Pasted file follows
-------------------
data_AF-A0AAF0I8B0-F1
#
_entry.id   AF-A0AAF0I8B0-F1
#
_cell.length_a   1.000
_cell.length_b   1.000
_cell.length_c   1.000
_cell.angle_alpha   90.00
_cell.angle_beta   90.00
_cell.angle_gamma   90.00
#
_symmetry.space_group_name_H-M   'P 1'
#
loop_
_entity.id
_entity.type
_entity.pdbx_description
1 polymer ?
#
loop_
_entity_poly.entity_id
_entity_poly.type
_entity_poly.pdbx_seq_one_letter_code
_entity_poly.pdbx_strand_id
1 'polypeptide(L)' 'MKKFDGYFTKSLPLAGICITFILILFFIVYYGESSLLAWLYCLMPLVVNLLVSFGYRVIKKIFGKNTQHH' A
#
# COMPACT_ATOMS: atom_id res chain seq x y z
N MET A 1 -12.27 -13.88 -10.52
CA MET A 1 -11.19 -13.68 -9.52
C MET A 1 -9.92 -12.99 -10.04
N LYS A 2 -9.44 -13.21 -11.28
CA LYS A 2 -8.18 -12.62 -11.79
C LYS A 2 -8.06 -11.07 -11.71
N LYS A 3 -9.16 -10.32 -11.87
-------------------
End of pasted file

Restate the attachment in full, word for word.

data_AF-A0AAF0I8B0-F1
#
_entry.id   AF-A0AAF0I8B0-F1
#
_cell.length_a   1.000
_cell.length_b   1.000
_cell.length_c   1.000
_cell.angle_alpha   90.00
_cell.angle_beta   90.00
_cell.angle_gamma   90.00
#
_symmetry.space_group_name_H-M   'P 1'
#
loop_
_entity.id
_entity.type
_entity.pdbx_description
1 polymer ?
#
loop_
_entity_poly.entity_id
_entity_poly.type
_entity_poly.pdbx_seq_one_letter_code
_entity_poly.pdbx_strand_id
1 'polypeptide(L)' 'MKKFDGYFTKSLPLAGICITFILILFFIVYYGESSLLAWLYCLMPLVVNLLVSFGYRVIKKIFGKNTQHH' A
#
# COMPACT_ATOMS: atom_id res chain seq x y z
N MET A 1 -12.27 -13.88 -10.52
CA MET A 1 -11.19 -13.68 -9.52
C MET A 1 -9.92 -12.99 -10.04
N LYS A 2 -9.44 -13.21 -11.28
CA LYS A 2 -8.18 -12.62 -11.79
C LYS A 2 -8.06 -11.07 -11.71
N LYS A 3 -9.16 -10.32 -11.87